A long-running dispute between a slate of California cities and the state itself landed in trial Aug. 6, with a Superior Court judge seeming to underscore that state law will prevail over local rule. At issue: whether cannabis delivery services may operate in jurisdictions that have otherwise banned commercial cannabis activity. The future of delivery in the world’s largest cannabis market is at stake here.
The collective of 24 California cities (as well as Santa Cruz County) argues that a moratorium on cannabis businesses should extend to delivery services that might pass through their borders.
The state insists that delivery is allowed under the Medicinal and Adult-Use Cannabis Regulation and Safety Act (MAUCRSA) and cannot be halted by local whims.
Fresno Superior Court Judge Rosemary McGuire wrote that the local governments would need some sort of ordinance on the books to override state law. As of now, “there is no dispute,” at least as far as legislative language is concerned. In fact, the state’s attorneys specifically point to the MAUCRSA language as an immediate non-starter for this type of litigation.
“A local jurisdiction shall not prevent delivery of cannabis or cannabis products on public roads by a licensee acting in compliance with [state law] and local law,” according to Section 26090(e) of the state code.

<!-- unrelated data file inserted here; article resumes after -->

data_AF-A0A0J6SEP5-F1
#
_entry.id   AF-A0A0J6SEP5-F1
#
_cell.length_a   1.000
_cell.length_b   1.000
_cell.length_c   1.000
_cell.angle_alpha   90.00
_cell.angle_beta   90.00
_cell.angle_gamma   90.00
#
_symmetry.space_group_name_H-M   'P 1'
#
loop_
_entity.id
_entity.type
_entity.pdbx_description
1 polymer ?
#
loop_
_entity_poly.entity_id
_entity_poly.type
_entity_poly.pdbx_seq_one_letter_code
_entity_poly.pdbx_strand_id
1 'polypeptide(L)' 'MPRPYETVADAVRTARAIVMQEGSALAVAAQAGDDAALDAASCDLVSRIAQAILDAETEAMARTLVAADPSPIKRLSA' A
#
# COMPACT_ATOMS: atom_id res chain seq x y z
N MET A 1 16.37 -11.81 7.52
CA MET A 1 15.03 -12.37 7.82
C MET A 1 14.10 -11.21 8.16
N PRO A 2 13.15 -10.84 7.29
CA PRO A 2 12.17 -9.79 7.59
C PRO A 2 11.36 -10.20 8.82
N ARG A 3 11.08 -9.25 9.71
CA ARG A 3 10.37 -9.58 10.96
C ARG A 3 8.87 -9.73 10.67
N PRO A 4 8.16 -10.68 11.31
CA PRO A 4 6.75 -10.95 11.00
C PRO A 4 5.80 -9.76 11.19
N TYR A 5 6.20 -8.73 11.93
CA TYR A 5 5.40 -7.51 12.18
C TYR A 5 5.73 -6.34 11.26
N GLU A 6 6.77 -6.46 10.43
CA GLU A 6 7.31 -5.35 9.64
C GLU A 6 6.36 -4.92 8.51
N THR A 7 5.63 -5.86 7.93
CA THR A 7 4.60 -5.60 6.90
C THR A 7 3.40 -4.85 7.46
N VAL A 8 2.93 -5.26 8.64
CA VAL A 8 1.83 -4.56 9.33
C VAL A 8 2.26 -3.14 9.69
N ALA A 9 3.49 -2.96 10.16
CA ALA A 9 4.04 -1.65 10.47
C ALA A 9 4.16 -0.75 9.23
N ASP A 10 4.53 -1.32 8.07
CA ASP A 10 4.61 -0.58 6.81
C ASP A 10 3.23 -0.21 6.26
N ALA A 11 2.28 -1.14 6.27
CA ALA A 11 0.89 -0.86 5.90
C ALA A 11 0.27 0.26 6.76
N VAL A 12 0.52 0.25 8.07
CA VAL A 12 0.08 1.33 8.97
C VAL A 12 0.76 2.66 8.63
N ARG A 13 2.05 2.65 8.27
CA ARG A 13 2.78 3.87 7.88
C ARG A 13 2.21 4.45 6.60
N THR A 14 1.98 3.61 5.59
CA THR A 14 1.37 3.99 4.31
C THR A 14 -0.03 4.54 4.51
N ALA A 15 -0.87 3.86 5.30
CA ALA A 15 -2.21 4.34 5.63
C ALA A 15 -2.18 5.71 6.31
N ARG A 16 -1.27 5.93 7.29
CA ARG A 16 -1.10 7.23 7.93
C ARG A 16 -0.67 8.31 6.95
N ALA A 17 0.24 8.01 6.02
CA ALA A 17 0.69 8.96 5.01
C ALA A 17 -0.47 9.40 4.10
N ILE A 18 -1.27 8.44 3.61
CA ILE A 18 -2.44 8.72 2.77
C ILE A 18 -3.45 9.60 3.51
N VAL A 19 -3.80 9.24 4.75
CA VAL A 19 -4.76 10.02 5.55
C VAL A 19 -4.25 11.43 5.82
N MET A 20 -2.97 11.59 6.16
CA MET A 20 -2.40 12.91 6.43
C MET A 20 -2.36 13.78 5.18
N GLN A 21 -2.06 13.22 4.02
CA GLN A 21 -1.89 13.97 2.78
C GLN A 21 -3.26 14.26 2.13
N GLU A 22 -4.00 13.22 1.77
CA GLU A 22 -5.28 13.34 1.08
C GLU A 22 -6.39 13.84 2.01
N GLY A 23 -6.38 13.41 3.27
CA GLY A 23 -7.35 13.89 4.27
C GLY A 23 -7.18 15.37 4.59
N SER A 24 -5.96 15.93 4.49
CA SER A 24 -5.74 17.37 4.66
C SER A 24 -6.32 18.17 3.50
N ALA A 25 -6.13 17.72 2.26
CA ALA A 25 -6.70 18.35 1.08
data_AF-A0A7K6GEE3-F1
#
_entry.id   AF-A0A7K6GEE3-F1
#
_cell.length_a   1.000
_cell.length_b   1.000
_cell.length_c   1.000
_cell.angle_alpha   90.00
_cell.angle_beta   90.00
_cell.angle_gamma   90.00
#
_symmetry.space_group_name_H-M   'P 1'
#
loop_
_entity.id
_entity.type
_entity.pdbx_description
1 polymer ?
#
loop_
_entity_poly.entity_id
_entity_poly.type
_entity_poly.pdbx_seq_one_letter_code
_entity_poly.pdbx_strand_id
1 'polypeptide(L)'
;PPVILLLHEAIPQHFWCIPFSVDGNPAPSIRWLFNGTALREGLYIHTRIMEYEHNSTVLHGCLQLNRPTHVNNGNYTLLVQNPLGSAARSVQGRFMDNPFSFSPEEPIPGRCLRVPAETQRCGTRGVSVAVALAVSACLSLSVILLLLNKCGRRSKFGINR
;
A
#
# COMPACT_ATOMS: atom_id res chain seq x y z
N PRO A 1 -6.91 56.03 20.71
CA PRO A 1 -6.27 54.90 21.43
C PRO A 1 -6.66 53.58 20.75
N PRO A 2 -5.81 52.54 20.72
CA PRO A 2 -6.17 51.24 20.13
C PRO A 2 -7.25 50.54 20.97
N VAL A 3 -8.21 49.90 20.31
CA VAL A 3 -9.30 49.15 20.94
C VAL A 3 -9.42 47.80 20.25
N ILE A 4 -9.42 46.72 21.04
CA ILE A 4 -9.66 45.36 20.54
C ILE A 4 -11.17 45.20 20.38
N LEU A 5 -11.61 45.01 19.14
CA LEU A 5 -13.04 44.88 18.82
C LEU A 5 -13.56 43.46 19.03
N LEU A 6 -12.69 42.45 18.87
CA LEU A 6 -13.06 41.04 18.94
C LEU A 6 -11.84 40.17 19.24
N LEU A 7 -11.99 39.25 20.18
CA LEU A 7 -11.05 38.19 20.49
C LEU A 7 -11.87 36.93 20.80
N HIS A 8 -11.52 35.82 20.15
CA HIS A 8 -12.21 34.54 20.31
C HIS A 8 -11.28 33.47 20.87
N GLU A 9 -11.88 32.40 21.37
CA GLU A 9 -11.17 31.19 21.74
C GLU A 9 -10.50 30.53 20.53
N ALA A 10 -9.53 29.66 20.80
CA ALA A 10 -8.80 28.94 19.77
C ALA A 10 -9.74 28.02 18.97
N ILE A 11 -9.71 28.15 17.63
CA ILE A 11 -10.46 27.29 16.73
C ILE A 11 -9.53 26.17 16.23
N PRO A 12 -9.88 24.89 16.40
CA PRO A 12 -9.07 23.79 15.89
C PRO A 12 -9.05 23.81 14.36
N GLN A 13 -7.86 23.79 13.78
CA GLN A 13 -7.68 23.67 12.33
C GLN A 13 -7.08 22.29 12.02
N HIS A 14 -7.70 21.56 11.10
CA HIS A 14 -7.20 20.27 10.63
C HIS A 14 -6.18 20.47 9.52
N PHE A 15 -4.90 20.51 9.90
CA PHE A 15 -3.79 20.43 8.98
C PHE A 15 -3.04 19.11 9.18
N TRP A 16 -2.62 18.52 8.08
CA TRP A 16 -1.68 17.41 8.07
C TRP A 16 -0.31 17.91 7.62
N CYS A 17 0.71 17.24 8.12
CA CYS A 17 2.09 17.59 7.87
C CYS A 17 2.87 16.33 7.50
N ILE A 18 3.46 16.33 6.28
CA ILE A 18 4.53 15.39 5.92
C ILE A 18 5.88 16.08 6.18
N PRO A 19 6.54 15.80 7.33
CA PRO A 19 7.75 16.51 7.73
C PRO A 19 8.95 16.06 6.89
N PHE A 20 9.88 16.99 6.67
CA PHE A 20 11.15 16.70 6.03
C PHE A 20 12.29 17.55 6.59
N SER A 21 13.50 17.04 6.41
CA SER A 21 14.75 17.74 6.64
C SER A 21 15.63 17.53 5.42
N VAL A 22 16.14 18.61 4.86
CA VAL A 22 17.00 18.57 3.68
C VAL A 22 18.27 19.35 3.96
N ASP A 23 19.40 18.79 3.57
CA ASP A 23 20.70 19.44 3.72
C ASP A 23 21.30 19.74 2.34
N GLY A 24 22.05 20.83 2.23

Read the original civil complaint here.
MAUCRSA outlines what is required of a licensed delivery company, citing particular regulations and protocols to which drivers must adhere. Delivery companies may be based in one county, of course, like a brick-and-mortar retailer, but those businesses are allowed to service customers in any California jurisdiction. According to Cannabiz Media, the state currently has 308 active delivery licenses on the books. More than 60% of California municipalities have maintained some sort of moratorium on commercial cannabis businesses.
The cities involved in this lawsuit include: Agoura Hills, Angels Camp, Arcadia, Atwater, Beverly Hills, Ceres, Clovis, Covina, Dixon and Downey. Also participating are McFarland, Newman, Oakdale, Palmdale, Patterson, Riverbank, Riverside San Pablo, Sonora, Tehachapi, Temecula, Tracy, Turlock and Vacaville, as well as Santa Cruz County.
The next hearing in this case is scheduled for November.
Indeed, despite the judge’s reference to existing state law, the proceedings aren’t over yet. The League of California Cities and local police chiefs have thrown their weight behind the lawsuit, hoping to further cement a sense of local control in the always-evolving cannabis industry.
“I am in complete agreement with this lawsuit. Each community should be able to decide on their own how they chose to deal with the legalization of marijuana,” wrote former Clovis Police Chief Matt Basgall.